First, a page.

Monday, April 30, 2007

Bioconversion of organosolv-pretreated British Columbian beetle-killed softwoods for ethanol production

Alex Berlin, Pablo Chung, and Jack Saddler. Forest Products Biotechnology, Wood Science, The University of British Columbia, 4609-2424 Main Mall, Vancouver, BC V6T1Z4, Canada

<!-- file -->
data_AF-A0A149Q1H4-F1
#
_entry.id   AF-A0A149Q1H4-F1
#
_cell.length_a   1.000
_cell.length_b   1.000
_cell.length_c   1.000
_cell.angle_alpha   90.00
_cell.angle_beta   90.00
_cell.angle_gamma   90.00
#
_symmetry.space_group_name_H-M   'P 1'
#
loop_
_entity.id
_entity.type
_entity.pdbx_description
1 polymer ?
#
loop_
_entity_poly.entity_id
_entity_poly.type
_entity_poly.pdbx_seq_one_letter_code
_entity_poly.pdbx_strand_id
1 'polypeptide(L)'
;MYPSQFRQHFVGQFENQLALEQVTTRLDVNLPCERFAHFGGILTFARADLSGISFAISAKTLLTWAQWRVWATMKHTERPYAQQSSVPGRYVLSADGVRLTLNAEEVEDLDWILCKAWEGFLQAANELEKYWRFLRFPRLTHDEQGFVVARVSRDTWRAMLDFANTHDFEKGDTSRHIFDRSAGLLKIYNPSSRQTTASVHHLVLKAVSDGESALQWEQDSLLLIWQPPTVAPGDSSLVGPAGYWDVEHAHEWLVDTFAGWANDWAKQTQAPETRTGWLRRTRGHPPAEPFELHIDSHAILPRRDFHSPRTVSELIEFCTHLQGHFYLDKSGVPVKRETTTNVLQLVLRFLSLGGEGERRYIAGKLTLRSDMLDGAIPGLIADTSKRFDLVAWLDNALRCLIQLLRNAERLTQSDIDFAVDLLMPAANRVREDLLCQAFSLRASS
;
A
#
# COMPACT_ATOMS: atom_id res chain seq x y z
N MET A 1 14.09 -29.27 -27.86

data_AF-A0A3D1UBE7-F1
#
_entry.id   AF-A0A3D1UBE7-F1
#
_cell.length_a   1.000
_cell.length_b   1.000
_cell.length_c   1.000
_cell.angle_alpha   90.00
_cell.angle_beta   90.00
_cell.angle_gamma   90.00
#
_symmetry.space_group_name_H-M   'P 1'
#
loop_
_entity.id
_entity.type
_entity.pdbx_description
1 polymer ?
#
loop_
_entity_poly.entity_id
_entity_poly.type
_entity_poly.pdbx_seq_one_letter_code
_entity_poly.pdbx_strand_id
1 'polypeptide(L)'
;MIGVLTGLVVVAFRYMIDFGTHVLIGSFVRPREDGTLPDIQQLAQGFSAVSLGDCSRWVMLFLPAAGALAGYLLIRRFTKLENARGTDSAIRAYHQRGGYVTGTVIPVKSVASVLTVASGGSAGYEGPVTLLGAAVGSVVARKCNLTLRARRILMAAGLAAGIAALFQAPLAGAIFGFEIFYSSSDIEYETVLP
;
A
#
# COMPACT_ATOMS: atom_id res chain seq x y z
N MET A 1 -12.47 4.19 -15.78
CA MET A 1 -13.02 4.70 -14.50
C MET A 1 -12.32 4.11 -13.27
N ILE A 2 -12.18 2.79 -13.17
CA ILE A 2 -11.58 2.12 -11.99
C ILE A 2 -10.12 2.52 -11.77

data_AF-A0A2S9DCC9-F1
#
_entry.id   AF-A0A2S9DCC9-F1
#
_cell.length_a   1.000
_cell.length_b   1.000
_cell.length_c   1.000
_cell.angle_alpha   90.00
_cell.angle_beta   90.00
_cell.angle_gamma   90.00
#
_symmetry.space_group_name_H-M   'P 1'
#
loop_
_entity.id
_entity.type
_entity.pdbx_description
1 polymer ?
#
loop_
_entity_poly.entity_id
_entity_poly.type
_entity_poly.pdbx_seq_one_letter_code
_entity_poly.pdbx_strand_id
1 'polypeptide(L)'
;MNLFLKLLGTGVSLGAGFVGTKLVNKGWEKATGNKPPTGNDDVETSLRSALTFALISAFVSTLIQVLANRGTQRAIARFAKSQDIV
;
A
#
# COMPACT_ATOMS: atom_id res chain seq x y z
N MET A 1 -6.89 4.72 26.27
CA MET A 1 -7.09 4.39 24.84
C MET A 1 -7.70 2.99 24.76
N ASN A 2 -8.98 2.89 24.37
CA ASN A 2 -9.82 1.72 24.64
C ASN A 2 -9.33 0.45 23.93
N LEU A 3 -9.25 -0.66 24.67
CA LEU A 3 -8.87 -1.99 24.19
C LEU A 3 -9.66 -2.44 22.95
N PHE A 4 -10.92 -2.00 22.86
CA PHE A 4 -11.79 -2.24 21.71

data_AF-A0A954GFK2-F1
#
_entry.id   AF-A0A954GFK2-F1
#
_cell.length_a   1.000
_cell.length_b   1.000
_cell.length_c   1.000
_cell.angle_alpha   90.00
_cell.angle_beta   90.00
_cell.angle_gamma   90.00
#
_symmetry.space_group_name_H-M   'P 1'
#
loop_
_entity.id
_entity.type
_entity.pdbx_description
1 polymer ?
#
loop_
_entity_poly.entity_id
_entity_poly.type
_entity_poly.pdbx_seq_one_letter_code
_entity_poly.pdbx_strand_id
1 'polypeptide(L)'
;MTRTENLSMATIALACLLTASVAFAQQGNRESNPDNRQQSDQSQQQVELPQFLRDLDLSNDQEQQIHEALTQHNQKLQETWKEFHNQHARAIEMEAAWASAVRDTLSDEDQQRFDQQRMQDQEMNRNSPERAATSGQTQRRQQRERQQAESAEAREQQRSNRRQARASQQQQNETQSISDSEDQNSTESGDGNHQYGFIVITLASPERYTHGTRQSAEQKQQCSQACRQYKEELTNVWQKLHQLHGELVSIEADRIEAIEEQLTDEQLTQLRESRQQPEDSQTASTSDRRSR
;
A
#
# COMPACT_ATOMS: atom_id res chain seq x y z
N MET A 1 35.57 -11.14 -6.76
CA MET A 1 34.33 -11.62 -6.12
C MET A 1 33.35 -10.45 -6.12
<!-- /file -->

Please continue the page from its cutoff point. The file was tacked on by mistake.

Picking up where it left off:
British Columbia has the potential of becoming a major supplier of renewable cellulosic ethanol as this emerging technology is implemented worldwide. The abundant low value lignocellulosic biomass available in Western Canada such as beetle-killed hybrid spruce (Picea glauca x Picea engelmannii) and lodgepole pine (Pinus contorta) will allow the development of a bioethanol industry with the potential of producing over a 100 billion liters ethanol by 2013. This volume of ethanol will be enough to supply USA, Europe, Canada with ethanol blended at 5% with gasolines resulting in an annual reduction of oil consumption and corresponding reduction of green house gases emissions of ~10%. In a previous study we evaluated organosolv-pretreated British Columbian beetle-killed hybrid spruce as a feedstock for the production of bioethanol. We proved that this substrate is a suitable biomass source for bioethanol production. As a continuation of that study here we evaluate the feasibility of using organosolv-pretreated beetle-killed lodgepole pine for bioethanol production. Beetle-killed lodgepole pine will be widely available in Western Canada in the near future in quantities even larger than beetle-killed hybrid spruce reaching its maximum (1 billion cubic meters) by 2013.